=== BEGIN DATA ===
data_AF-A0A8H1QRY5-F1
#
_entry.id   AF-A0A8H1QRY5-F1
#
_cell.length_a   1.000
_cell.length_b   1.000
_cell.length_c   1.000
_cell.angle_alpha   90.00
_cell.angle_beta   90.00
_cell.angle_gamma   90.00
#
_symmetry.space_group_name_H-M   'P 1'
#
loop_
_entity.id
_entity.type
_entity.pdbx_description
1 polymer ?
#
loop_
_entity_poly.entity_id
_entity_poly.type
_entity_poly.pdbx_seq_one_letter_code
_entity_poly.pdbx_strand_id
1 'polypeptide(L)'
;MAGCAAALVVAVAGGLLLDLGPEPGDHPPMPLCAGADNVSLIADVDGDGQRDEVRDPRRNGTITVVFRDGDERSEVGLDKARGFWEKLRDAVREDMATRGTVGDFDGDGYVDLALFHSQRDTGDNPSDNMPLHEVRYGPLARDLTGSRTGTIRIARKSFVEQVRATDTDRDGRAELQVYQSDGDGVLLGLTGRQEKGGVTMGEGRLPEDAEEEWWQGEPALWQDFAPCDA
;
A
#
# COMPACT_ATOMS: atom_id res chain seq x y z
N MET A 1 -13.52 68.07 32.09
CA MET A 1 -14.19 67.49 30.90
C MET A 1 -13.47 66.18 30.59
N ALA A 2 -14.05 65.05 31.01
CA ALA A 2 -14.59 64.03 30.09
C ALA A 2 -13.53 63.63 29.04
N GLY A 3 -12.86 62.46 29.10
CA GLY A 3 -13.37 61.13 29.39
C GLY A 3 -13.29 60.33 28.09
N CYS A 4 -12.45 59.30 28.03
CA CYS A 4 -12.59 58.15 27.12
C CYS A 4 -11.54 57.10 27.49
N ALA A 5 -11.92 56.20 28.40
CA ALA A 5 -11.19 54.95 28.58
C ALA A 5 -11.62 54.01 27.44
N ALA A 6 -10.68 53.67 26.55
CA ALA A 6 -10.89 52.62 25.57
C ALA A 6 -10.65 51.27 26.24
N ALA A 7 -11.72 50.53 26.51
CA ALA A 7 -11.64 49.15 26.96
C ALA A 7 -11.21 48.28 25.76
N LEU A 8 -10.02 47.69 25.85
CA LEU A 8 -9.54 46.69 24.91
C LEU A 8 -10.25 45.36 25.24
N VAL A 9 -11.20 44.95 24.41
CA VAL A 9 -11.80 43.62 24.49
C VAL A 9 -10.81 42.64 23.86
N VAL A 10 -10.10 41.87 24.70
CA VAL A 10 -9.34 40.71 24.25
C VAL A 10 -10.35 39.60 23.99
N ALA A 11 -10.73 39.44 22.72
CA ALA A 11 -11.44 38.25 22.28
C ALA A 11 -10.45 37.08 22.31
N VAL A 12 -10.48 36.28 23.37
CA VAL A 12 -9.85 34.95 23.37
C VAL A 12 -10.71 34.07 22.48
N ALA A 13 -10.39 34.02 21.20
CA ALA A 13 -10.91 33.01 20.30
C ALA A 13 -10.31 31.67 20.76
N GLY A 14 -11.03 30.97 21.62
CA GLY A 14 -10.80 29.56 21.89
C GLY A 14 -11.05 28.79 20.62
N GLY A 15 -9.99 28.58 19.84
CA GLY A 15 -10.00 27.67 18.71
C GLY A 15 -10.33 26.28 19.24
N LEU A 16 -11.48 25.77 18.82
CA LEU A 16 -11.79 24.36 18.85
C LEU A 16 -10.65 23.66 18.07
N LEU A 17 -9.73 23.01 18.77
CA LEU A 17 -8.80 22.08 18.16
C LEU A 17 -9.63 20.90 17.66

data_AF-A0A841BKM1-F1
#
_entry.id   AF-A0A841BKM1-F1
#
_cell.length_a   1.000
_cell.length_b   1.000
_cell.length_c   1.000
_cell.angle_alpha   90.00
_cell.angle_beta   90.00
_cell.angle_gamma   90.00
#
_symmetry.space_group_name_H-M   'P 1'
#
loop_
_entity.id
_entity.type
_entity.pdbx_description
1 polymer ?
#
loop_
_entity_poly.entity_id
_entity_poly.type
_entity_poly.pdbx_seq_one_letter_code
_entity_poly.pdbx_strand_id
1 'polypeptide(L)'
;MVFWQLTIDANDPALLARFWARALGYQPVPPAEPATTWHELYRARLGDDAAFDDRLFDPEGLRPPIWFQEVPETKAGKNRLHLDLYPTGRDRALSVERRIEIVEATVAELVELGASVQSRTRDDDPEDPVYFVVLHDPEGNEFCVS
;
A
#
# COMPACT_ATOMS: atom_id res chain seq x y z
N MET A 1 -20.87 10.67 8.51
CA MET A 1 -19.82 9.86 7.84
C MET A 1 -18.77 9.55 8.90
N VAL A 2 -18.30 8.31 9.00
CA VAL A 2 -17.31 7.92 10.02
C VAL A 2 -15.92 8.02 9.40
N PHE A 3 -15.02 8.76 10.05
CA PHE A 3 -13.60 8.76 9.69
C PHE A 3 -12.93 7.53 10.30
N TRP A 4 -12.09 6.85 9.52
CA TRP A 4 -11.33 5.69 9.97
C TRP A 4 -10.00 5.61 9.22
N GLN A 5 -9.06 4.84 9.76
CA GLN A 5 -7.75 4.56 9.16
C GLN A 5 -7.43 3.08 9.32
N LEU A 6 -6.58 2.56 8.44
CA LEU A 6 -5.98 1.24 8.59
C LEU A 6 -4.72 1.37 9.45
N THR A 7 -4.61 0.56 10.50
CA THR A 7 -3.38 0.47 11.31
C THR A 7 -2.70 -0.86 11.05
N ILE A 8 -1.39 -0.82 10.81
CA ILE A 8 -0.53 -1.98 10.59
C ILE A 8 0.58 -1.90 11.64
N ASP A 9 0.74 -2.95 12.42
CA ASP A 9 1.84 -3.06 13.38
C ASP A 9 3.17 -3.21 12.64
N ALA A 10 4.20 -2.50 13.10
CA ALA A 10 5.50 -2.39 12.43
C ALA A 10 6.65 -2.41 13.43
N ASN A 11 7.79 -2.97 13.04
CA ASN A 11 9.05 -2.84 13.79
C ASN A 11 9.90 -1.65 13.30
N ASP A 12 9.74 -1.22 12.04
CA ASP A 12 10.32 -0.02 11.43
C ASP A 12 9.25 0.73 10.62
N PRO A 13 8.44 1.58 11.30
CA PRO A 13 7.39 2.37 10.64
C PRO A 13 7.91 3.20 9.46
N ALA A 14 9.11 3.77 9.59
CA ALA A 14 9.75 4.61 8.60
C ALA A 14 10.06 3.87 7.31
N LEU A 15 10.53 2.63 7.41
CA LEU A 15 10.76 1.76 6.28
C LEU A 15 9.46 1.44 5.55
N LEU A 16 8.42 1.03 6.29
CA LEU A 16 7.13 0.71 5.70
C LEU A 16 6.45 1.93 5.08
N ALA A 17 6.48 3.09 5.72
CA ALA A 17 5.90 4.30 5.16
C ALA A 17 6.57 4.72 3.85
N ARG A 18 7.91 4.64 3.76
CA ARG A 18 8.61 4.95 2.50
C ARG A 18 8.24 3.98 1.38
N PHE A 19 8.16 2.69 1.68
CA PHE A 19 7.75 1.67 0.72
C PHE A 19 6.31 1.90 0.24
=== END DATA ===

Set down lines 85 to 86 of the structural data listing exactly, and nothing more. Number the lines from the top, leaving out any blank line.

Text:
#
_cell.length_a   1.000